Seasons of My Heart

Rancho Aurora, home of Seasons of My Heart Cooking School

During my first trip to Mexico, as I was interested in both sampling a variety of cuisines and glutting myself on history and culture, I traveled around a fair bit, from Mexico City to Oaxaca and then across the Yucatan, ending my wanderings in Mérida. Great fun.

While I was in Oaxaca, as I browsed through markets (I have a real fondness for great markets, and Oaxaca has some amazing ones), whenever I encountered a vendor who spoke English, he or she asked me if I was there for the cooking school. I wasn’t, but I made a point of finding out more.

The cooking school of which these folks were speaking is called Seasons of My Heart. The name is taken from the PBS series and companion cookbook created by Susana Trilling, the chef who runs the school. Before I left Oaxaca, I had already begun planning my return trip.

The cooking school has its home at Susana’s Rancho Aurora, which is about half an hour out of the city of Oaxaca. There is a wonderful kitchen, fabulously well equipped with both traditional and modern equipment, but the hilltop rancho also offers splendid views of the surrounding valley, farms, and nearby mountains. It was a great place to learn about Oaxacan cooking.

We made gorgeous recipes—complex moles, lush soups, vibrant cocktails, and vastly more—mostly out of Susana’s book (which, of course, I bought, even though Susana had supplied copies of everything we actually made). But we didn’t just cook. One day, Susana arranged for us to have a scholar at the Ethno-Botanic Garden take us on a tour of the plants in this small but fascinating collection.

I learned, among many other things, that maize was probably first bred from a wild grain (teosinte) in the state of Oaxaca, and Oaxaca still grows more native corn than anywhere else in Mexico; that the state of Oaxaca actually has greater botanical diversity than Costa Rica; that the earliest domestication of food in the New World appears to have occurred here, in around 8000 BC; that chilies, while they had come from farther south, were probably first bred for variety here, and even today, Oaxaca grows and consumes a greater variety of chilies than anywhere else in the world; of the many varieties of agave, which are all indigenous to the New World, more grow in Mexico than anywhere else in the New World, and more grow in Oaxaca than anywhere else in Mexico; and that the name Oaxaca comes from the Nahuatl word for mimosa, which grows abundantly here. (I took 14 pages of notes, so it was a very interesting tour/lecture. I highly recommend a visit to the garden, if you get to Oaxaca.)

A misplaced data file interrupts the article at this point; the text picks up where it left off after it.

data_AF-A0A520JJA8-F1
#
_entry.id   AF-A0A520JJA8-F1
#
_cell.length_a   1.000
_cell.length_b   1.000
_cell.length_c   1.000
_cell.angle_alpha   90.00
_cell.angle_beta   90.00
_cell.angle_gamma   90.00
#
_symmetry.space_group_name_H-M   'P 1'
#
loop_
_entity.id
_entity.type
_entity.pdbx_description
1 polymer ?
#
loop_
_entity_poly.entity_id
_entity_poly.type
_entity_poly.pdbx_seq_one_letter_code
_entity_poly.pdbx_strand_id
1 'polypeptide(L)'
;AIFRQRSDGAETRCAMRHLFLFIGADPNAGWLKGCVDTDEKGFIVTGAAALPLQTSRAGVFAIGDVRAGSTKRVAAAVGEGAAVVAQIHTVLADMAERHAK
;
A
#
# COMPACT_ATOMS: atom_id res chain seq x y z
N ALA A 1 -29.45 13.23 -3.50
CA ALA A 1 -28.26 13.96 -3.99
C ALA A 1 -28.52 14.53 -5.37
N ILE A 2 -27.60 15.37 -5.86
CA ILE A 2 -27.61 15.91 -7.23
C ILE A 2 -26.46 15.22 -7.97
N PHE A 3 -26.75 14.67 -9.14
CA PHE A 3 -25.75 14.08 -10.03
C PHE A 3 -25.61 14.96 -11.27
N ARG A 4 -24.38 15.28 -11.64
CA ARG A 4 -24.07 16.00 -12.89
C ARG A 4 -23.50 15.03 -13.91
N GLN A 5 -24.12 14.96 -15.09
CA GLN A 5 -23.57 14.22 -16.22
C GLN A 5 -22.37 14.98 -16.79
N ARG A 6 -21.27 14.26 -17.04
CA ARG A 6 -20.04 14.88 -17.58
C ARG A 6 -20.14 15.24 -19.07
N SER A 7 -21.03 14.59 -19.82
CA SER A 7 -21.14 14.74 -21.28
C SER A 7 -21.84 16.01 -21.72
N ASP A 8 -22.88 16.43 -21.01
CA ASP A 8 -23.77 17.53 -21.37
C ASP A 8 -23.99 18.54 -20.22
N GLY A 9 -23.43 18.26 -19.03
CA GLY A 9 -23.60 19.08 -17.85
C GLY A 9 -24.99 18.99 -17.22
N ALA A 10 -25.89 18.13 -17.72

Morning Market

We also spent a few mornings visiting fabulous markets, where fruits, vegetables, breads, cones of sugar, combs of honey, cooking utensils, chocolate, spices, herbs, and barrels upon barrels of chilies dazzled and enticed us. The markets were just amazing. Of course, at some of the larger markets, one could also find everything from shoes to piñatas to automotive equipment, but even at these markets, food was still the main focus. We also visited cheese makers, chocolate grinders, and bakers.

Another adventure was spending a day in the surrounding hills, visiting a Zapotec village, where four beautiful Indian women taught us how to make pre-Hispanic dishes. We had the opportunity to grind everything from chocolate to herbs on metates and cook tortillas on comals, the curving, wood-fired clay stoves used throughout this region. We moved from room to room of the small, twig-walled Indian dwelling, helping where we could, stirring black beans in a large clay pot, called an olla, which sat on another wood-burning clay stove, helping make tortillas and corn dumplings by hand. We gathered in the open-air kitchen to watch the creation of an ancient ceremonial beverage called tejate, which combines cacao with seeds, flowers, and ground maize to create a refreshing and delicious drink that is traditionally judged primarily by the amount of foam the preparer is able to generate. Then we got to sit down and enjoy all the lovely pre-Hispanic dishes created by our hostesses. What fun! And the tastes were all interesting and, on the whole, wonderful. I particularly liked the soup made of squash fruit, vines, and leaves.

Zapotec Kitchen

It was a splendid adventure. If you have any interest in Oaxacan cuisine (said by many to be the best in Mexico), I definitely recommend Susana’s school. You can learn more at the school’s website:

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Filed under culinary history, Culture, Food, Geography, History, Language, Travel

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